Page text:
For postmenopausal women who have undergone an initial bone mineral density test, having a second standard assessment three years after the first does not improve the ability of doctors to determine the risk of hip, spine, forearm and fracture fractures. of the shoulder related to osteoporosis, a study found.
In addition, the study authors say, the initial test is more predictive of fracture risk than the second test, regardless of race, ethnicity and age.
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Doctors routinely follow up on bone density tests in postmenopausal women approximately three years after the first test to detect any bone mass loss and then assess the risk of bone fracture in patients in subsequent years.
Researchers used data collected from over 7,000 postmenopausal women between the ages of 50 and 79 in the United States, followed for nine years under the Women’s Health Initiative, a National-sponsored long-term health study Heart, Lung, and Blood Institute.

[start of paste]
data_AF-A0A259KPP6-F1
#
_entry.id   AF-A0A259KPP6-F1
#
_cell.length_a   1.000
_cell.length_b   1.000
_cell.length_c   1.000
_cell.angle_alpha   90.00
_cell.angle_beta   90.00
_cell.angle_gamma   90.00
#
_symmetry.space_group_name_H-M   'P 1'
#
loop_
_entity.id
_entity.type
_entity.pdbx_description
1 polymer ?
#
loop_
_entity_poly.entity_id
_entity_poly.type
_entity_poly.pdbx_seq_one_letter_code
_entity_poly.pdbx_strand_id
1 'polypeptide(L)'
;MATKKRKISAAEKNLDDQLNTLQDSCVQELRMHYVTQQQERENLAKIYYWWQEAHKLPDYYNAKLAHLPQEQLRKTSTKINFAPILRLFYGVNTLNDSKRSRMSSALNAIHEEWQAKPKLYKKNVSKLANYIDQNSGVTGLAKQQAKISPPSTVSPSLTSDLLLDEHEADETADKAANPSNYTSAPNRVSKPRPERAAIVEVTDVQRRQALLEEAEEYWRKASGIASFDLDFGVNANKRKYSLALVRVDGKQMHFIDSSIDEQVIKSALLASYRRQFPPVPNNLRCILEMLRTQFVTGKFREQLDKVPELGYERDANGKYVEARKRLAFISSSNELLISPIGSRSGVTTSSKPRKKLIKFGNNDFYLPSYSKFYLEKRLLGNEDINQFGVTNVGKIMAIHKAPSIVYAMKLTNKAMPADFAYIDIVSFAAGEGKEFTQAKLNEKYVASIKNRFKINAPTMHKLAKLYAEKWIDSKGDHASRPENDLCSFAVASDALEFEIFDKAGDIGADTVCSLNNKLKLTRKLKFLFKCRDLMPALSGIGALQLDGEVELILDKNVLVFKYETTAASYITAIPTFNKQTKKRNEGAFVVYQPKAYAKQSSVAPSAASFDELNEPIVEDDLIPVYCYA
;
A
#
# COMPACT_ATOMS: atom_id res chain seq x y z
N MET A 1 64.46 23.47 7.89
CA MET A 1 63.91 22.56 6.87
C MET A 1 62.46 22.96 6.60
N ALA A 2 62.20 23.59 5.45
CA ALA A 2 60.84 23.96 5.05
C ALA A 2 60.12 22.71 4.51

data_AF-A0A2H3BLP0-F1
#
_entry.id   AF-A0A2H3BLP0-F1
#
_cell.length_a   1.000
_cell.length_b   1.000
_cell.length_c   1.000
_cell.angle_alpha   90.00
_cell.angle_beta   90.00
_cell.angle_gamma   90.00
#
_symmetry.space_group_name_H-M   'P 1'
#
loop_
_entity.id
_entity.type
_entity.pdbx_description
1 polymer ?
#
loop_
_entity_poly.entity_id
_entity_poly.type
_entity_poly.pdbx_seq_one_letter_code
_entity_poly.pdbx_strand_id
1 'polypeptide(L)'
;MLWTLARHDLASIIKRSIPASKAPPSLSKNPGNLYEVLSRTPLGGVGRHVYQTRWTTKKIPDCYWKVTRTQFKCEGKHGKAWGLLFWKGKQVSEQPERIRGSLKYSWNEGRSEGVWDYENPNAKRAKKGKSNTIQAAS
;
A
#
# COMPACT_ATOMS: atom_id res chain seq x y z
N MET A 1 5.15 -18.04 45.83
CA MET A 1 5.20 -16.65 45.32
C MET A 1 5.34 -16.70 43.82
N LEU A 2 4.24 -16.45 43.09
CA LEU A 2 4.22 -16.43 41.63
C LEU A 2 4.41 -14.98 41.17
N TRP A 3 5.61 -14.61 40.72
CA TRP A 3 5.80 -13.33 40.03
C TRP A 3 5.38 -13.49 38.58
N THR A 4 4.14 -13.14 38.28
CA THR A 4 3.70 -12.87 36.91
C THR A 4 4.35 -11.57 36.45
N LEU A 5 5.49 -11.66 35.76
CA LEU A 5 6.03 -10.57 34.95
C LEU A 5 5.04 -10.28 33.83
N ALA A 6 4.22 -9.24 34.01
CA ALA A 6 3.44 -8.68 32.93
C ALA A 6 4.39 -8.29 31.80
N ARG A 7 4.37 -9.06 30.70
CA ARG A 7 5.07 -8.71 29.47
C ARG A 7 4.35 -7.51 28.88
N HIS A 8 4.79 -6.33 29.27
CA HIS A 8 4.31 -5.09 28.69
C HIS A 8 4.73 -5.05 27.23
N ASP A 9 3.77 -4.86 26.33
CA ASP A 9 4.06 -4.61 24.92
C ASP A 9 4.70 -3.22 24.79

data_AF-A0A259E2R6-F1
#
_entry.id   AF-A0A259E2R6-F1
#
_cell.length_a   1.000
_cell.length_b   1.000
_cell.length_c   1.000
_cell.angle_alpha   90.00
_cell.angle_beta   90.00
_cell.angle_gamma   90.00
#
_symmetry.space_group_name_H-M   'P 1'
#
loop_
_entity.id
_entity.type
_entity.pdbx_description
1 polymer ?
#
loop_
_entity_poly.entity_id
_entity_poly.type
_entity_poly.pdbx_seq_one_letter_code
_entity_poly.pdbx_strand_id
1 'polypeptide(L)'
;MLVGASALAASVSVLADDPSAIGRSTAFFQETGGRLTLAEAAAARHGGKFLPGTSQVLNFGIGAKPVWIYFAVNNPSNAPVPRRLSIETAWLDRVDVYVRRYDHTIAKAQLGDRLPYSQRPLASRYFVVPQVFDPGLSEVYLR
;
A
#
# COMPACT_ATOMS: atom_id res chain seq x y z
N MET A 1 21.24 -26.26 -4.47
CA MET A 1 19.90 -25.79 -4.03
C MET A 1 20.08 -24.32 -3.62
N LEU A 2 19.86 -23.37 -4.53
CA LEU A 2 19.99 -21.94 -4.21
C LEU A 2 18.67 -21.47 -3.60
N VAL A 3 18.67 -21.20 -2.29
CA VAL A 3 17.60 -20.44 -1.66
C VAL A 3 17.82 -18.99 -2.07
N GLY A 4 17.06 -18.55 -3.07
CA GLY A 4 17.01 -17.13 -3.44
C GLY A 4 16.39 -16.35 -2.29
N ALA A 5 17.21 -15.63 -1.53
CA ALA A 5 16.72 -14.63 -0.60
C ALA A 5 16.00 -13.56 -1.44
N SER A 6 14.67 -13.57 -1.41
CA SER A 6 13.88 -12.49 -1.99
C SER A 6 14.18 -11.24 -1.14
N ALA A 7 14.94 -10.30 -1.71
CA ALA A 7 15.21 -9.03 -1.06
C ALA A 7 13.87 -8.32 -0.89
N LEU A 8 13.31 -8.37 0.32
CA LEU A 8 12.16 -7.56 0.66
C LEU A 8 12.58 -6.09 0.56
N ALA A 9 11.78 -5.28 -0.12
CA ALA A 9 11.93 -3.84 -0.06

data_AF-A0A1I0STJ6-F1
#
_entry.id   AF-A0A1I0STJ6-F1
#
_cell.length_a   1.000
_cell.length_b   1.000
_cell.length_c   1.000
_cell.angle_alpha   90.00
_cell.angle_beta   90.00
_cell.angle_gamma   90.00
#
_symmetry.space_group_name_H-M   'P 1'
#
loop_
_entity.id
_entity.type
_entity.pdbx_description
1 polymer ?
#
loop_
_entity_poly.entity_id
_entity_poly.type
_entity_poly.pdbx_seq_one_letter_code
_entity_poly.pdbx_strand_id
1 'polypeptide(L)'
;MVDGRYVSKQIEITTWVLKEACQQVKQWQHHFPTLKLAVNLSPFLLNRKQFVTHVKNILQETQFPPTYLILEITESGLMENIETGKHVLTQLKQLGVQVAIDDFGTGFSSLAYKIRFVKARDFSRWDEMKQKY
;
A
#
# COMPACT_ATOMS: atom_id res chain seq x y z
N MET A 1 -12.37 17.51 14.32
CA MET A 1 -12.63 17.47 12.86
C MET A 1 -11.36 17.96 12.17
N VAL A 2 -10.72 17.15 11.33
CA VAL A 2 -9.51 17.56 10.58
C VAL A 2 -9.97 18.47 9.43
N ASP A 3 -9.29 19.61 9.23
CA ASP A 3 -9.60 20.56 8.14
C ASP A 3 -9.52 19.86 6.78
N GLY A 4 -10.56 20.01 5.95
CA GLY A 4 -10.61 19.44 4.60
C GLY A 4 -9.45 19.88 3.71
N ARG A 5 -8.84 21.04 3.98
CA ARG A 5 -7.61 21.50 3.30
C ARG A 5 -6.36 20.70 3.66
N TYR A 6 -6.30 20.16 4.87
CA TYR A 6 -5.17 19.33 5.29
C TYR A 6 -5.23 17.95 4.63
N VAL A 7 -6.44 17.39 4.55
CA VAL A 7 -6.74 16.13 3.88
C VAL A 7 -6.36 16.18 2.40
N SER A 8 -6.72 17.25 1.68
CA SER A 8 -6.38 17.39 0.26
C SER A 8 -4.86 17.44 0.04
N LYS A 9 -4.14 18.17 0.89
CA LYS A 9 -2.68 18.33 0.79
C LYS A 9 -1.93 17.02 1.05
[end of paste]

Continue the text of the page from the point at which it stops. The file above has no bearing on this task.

Participants underwent bone mineral density measurements at baseline and again about three years later. After the second measurement, participants provided information that they had suffered major osteoporosis-related fractures.
Since bone mineral density tests three years after baseline tests do not predict a postmenopausal woman’s risk of bone fractures, it should not be performed routinely, as was standard practice.
Dr. Carolyn Crandall (UCLA), Joseph Larson (Fred Hutchinson Cancer Research Center, Seattle), Nicole Wright (University of Alabama, Birmingham), Deepika Laddu (University of Illinois, Chicago), Marcia Stefanik (Stanford University), Dr. Andrew Kaunitz (University of Florida), Dr. Nelson Watts (Mercy Health Osteoporosis and Bone Health Services, Cincinnati), Jean Wactawski-Wende (State University of New York, Buffalo), Dr. Catherine Womack and Dr. Karen Johnson (University of Tennessee ), Dr. Laura Carbone (Augusta University), Dr. Rebecca Jackson (Ohio State University) and Dr. Kristine Ensrud (University of Minnesota).
The study was published in the peer-reviewed journal JAMA Internal Medicine.
The National Institutes of Health’s National Heart, Lung and Blood Institute funded the Women’s Health Initiative.